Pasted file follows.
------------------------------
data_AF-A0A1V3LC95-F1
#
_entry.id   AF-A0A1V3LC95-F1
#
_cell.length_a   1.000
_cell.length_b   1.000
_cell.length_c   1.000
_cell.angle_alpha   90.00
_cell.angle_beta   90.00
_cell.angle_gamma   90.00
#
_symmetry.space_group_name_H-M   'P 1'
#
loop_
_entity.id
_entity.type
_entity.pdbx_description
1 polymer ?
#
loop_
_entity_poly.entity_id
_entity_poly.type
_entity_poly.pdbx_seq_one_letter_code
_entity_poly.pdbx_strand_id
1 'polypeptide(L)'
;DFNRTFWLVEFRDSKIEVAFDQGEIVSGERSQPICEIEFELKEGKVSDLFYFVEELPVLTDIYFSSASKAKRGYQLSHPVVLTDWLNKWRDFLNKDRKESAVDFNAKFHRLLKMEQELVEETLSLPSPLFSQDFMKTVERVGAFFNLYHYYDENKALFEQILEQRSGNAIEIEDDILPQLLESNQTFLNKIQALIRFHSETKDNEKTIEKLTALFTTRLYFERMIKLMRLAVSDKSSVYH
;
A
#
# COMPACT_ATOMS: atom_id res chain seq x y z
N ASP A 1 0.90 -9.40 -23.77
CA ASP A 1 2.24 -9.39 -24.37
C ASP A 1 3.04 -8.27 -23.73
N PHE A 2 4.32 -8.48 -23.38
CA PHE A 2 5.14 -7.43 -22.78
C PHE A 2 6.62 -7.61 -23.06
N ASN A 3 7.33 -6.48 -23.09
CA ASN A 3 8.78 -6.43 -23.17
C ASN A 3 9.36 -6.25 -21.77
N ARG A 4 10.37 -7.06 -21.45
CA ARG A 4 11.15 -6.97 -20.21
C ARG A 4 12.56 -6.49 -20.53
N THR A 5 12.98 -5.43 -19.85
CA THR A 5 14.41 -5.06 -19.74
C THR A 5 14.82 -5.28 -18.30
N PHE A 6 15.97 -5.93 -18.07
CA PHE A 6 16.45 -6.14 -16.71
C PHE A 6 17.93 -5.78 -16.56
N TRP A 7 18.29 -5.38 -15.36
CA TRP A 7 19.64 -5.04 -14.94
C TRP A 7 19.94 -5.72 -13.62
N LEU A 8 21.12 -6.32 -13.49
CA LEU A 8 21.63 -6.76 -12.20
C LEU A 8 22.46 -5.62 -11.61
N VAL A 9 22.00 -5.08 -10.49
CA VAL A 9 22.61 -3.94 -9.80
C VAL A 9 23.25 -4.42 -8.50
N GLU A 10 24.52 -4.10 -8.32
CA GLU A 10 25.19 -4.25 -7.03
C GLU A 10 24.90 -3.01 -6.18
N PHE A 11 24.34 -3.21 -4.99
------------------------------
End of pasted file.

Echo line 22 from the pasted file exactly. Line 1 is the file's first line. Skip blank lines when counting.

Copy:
_entity_poly.type